Lily Hansen | Interviews

Tattoo Artist Elisheba Israel on Decision-Making in a Permanent Craft

In this limited series, Design Observer features conversations with creatives from the inventive, implacable, cultural melting pot that is Nashville, Tennessee. In her new book Word of Mouth: More Conversations, author Lily Hansen takes conversation with others from chore to professional vocation, and as author and oral historian Studs Terkel put it, talks with creative people “about what they do all day and how they feel about what they do.”

We selected four such conversations—with illustrator Rebecca Green, tattoo artist Elisheba Israel, apparel and shoe designer Phillip Nappi, and photographer Jeremy Cowart—to enlighten us as to what they do, why, and how they found their creative voice within that unique fabric that is the Music City.

Tattoo artist Elisheba Israel’s philosophy is “to let your business grow, you sometimes have to let go.” Israel is the face and founder of One Drop Ink, Nashville’s first African American owned and operated tattoo shop. The artist has never aspired for normalcy, and every detail of her north Nashville space reflects this resistance against mainstream culture. After graduating with a degree in computer arts, the self-proclaimed comic and video-game geek became interested in tattoos—even though her own body was a blank canvas. When the Memphis-born artist began apprenticing in Nashville, she saw a niche that needed to be filled: tattoos for darker skin, which the industry tended to neglect. One Drop Ink is a place where even the most diverse communities can flow together. No matter who walks through her door, Israel assures the artwork and hospitality will be top-notch.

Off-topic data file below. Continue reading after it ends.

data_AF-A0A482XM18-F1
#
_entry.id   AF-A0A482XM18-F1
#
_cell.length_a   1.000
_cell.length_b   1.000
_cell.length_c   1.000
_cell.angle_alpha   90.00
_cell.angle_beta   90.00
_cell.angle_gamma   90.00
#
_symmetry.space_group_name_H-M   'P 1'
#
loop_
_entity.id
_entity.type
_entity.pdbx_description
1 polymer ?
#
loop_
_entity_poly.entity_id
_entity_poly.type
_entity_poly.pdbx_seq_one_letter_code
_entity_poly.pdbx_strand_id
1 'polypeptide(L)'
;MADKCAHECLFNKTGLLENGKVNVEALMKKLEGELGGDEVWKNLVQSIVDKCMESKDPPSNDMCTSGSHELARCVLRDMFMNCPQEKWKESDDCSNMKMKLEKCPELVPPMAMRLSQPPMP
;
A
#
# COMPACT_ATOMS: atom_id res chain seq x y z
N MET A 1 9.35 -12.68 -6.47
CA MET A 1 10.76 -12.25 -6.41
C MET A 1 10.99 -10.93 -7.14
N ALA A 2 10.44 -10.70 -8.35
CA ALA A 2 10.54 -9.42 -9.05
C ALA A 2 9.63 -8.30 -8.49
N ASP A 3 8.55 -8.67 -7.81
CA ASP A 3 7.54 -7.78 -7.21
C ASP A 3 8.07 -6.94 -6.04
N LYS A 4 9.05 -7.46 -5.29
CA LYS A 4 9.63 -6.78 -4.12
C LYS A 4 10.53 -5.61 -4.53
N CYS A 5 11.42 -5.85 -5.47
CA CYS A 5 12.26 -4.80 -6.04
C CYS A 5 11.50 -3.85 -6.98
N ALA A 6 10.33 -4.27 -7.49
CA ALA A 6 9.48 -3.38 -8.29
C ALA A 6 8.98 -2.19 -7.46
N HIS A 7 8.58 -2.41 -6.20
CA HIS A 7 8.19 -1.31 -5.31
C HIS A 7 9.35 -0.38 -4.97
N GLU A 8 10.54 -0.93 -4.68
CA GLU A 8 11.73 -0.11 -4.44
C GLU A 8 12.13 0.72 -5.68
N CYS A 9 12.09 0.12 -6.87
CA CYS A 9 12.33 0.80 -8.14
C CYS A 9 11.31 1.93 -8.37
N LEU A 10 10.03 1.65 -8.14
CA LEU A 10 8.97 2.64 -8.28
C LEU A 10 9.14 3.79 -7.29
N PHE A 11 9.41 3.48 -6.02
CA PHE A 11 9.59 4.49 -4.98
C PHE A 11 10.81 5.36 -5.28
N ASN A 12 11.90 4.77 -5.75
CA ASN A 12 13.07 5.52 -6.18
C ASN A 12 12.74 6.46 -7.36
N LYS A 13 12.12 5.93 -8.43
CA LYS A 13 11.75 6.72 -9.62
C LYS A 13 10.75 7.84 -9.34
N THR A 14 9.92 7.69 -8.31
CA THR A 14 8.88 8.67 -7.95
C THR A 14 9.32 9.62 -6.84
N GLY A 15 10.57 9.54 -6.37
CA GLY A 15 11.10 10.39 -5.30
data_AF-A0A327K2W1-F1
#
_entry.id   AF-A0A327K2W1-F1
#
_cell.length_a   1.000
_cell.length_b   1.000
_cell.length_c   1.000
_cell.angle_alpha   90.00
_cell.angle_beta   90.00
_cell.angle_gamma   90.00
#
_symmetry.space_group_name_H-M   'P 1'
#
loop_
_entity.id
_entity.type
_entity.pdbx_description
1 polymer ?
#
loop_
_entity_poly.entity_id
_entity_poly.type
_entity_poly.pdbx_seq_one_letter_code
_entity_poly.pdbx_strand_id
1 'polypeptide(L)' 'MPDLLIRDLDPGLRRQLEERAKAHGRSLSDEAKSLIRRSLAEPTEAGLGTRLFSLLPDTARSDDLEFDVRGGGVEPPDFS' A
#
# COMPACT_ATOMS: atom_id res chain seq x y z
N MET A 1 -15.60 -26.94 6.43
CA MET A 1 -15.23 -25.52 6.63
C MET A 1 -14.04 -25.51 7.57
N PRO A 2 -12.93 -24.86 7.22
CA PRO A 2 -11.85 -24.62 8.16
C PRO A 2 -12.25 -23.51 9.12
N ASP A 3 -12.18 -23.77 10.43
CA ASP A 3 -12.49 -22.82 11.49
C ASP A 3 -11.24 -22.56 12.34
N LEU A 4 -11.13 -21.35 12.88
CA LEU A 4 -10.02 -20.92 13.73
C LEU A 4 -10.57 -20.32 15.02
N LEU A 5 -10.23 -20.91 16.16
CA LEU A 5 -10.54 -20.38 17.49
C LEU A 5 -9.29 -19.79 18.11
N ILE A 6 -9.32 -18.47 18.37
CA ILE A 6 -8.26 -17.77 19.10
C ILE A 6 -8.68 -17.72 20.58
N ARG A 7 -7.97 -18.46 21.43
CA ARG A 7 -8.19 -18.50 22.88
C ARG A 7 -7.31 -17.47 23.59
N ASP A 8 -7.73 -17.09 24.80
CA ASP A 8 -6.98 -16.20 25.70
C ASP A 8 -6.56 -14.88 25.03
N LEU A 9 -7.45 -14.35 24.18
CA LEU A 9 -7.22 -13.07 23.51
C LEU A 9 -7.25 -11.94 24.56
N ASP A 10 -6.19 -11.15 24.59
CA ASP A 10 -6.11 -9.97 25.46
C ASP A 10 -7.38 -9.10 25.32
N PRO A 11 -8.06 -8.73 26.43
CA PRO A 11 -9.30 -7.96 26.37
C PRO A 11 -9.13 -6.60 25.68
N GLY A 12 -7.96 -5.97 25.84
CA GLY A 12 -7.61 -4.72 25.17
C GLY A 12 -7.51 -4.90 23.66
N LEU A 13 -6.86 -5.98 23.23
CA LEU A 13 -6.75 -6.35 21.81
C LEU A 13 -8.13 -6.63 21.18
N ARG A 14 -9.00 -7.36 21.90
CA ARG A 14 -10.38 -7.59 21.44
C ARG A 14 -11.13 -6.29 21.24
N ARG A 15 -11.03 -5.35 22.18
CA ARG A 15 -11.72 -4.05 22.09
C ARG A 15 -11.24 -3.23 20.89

How did you carve out your niche as the tattoo artist who specializes in darker skin?

The north Nashville community craved a neighborhood tattoo shop and artist whose expertise was people of color. Blacks have historically been disenfranchised, which is why I feel it’s so important for us to be represented both within and outside our community. Yet, while my niche is dark skin, half of my clients are white.

Image courtesy Elisha Israel.

To what do you attribute your success?

I would say standing my ground and providing excellent customer service have been my secret. I’ve received backlash for promoting the fact that One Drop Ink is black-owned and operated. But that is the truth. My desire is to support a service that isn’t widely offered. Trust me, I like everybody, and I like money. [Laughs.]

What do you think is so appealing about One Drop Ink?

I’m not an asshole, but I will give you an honest opinion if something is or isn’t going to work. Also, I take into account how my clients act, think, and are. Anyone can give a tat, but, when you book me, I am here to put fine art on you. I’ve seen some really bad tattoos—mostly from illegal parties. [Laughs.]
I’m not an asshole, but I will give you an honest opinion if something is or isn’t going to work.

What do you love most about tattooing?

You can walk around with fine art on your arm forever. Working on skin has made me a better artist because you can’t hide your mistakes. The permanence of the craft adds a healthy spark of fear.

Image courtesy Elisha Israel.

What’s the biggest challenge of owning your own business?

Making financial choices that will result in sustainability over time. I am a big believer in cutting costs, doing more with less, and investing every dime I have versus taking out loans. I’ve also had to learn the hard way that I cannot spread myself too thin. When you do too much, certain parts inevitably suffer.
Learning to take risks is one of the best things I’ve ever done.

What inspires you creatively?
Hands-down, my 12-year-daughter, Kasumi. I want her to know that she doesn’t have to walk the conventional path. Learning to take risks is one of the best things I’ve ever done. You never know what’s going to happen. All you can do is recognize when you’re on the right path.

This interview has been edited for length. Read the full interview in Word of Mouth: More Conversations.

Read the previous interview in this series with Illustrator Rebecca Green.

Posted in: Arts + Culture, Illustration

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